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  • Introduction:Medium and Mediation
  • Matt Tierney (bio) and Mathias Nilges (bio)

As we were composing the introduction to this special issue of Postmodern Culture, a Missouri grand jury delivered its decision not to indict a white police officer, Darren Wilson, for the killing of an unarmed black teenager, Michael Brown. This decision, baffling to many, was announced in a press conference by Robert McCulloch, the prosecuting attorney for St. Louis County. McCulloch considered the grand jury’s deliberation to have been difficult, but not because the jury was distraught over the racism built into most forms of American policing, and not because the jury knew that there would be public outcry no matter what choice it made, and certainly not because the prosecutor’s office had made any mistakes in presenting the case against Wilson. Indeed, it was never in question that Wilson had fired the gun that killed Brown on August 9, 2014. In spite of this, McCulloch professed: “The most significant challenge encountered in this investigation has been the 24-hour news cycle and its insatiable appetite for something, for anything to talk about. Following closely behind were the nonstop rumors on social media.”1 News media and social media thus bore the blame for any difficulty in the grand jury’s decision because, immediately after Brown’s death, “neighbors began gathering and anger began growing because of the various descriptions of what had happened.” Any conflict that followed the shooting was, in McCulloch’s eye, due to the contradictory and mediated “descriptions” of the shooting, and not to the shooting itself. The media, both news and social, had spread “speculation and little if any solid, accurate information.” By McCulloch's logic, it was the inaccuracy of reporting and the media's formal insolidity, rather than the actual death of Michael Brown, that had led to widespread anger and protest.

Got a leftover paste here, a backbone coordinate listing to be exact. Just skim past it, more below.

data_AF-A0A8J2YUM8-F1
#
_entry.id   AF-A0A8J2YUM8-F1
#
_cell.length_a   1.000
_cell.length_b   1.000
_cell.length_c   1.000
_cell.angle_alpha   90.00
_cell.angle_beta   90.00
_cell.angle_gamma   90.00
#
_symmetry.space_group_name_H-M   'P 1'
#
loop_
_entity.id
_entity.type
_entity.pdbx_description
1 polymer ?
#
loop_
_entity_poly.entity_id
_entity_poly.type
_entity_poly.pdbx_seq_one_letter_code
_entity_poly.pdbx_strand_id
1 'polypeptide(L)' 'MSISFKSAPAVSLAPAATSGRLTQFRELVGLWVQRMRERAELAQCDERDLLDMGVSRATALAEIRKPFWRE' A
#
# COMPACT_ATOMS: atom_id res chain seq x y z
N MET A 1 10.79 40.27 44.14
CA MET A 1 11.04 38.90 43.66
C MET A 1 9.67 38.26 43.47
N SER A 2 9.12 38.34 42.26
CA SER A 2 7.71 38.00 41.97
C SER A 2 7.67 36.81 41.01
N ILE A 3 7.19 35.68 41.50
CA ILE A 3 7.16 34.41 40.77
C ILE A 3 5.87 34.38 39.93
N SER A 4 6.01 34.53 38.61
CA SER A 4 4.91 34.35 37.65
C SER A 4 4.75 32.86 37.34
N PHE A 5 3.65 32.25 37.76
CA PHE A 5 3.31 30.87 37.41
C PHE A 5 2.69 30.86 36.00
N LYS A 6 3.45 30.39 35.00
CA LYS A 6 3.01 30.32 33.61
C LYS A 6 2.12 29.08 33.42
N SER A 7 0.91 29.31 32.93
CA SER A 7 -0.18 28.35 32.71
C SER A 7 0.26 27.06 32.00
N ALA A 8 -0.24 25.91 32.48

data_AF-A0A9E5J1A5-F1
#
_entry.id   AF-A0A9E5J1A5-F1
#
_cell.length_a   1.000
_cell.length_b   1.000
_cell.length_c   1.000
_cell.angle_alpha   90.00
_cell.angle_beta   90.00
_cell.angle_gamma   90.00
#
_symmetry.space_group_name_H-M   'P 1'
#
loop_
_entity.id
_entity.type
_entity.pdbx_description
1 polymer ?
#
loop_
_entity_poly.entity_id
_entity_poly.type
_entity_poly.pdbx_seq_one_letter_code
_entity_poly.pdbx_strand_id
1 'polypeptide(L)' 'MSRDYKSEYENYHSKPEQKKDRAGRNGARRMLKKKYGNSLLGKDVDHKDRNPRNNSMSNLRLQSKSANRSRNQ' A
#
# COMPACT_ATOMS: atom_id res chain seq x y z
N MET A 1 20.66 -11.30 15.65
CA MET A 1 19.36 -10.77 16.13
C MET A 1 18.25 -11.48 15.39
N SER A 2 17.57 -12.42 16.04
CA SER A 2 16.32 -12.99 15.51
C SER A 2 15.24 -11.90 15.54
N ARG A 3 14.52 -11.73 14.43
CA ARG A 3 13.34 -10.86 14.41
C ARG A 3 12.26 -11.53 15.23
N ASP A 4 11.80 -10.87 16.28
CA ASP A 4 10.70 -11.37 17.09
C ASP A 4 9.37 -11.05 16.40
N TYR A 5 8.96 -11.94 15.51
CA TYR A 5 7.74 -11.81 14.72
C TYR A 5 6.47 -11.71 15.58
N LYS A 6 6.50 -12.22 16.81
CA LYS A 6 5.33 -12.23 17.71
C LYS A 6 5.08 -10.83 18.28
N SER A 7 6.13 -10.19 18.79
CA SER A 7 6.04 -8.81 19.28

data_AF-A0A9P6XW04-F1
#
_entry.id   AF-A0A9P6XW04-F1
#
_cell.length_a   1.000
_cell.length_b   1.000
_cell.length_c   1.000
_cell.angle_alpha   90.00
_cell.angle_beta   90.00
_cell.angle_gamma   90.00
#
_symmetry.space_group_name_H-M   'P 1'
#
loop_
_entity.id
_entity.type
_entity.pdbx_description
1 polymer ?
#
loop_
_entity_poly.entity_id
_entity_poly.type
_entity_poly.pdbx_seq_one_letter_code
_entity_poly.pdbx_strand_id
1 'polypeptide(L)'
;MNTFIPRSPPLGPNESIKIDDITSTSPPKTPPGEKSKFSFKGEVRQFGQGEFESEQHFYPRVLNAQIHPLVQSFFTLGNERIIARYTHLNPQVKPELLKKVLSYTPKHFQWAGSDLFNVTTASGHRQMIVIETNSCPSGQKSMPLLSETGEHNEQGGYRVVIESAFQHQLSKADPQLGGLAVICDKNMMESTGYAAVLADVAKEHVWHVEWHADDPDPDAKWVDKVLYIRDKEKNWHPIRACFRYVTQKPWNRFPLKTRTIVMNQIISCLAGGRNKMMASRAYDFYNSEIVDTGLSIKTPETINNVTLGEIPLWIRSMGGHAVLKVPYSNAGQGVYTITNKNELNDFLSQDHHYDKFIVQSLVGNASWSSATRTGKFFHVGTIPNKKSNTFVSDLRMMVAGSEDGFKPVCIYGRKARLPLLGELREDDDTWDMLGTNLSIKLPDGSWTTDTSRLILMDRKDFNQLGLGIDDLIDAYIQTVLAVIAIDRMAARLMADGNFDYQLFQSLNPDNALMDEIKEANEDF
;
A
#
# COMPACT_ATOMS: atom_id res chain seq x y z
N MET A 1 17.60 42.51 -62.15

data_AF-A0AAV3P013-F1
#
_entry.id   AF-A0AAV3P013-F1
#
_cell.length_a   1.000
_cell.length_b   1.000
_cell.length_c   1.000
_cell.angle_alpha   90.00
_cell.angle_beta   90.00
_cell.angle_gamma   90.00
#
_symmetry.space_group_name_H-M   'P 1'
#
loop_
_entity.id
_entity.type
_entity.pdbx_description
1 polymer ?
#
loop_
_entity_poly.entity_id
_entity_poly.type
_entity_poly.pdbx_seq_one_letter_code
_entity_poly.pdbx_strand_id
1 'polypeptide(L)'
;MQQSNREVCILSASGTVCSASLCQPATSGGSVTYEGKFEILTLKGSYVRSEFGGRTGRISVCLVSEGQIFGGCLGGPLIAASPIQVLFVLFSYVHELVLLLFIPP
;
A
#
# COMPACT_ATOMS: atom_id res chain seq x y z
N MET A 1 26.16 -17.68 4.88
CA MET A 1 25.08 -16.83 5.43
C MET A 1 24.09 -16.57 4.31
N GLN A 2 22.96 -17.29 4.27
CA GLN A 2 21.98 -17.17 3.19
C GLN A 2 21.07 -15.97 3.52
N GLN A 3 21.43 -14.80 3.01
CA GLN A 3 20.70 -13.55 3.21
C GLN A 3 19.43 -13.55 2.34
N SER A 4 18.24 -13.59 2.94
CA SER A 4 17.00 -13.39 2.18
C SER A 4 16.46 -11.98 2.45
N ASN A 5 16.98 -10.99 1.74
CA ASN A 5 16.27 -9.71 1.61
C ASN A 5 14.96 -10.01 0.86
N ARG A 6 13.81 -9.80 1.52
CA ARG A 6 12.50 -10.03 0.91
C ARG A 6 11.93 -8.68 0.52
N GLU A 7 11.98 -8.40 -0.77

The effort in this special issue is both to refine and to broaden the conceptual language of “media” and “medium,” so that we may reduce some of the distance between its scholarly employment within theory and its popular use to describe culture. This is a matter of terminological precision, not populism. McCulloch’s traffic in the language of “media” is both banal and troubling. Banal because McCulloch’s use of the word is too mundane to merit further notice. Yet troubling because the word’s flexibility is what allows McCulloch to perform an insidious rhetorical move, draping a single heading over a broad array of cultural forms, from television to print and from cellphones to the Internet, and then blaming that whole array, in one triumphant gesture, for having impeded justice in the death of Michael Brown. “Media” is just a word, it could be argued. But in this case, it is a word and an idea that, no matter how much it was touted in the struggle against reactionary social forces, had come to belong as much to the reactionary forces as to the struggle. Whatever truth-telling capacity may survive in the fourth estate, it could be said, this capacity vanishes as soon as the press is dismissed for its “insatiable appetite” and “inaccurate descriptions.” And whatever countervailing common voice might be heard in the texts and images of Twitter and Facebook, this voice is hushed by the accusation of mere rumormongering. There may be a great deal of liberation latent in the specific techniques of protest and knowledge called “media” in their plurality and “medium” in their discrete character. It is difficult to tell. As long as these words allow the techniques they name to be so easily lumped together and then marginalized, those techniques might not liberate much of anything. Conversely, we insist, as long as these words may be sculpted by someone like McCulloch, they might also bend to other hands.

What do we mean when we say the word “media,” and is there any chance that its refinement might facilitate, or even communicate, an ameliorative language? This question stands fittingly at the beginning of the introduction to this issue, since it is the fundamental question with which each essay in the volume grapples. We also begin here because it is precisely this...

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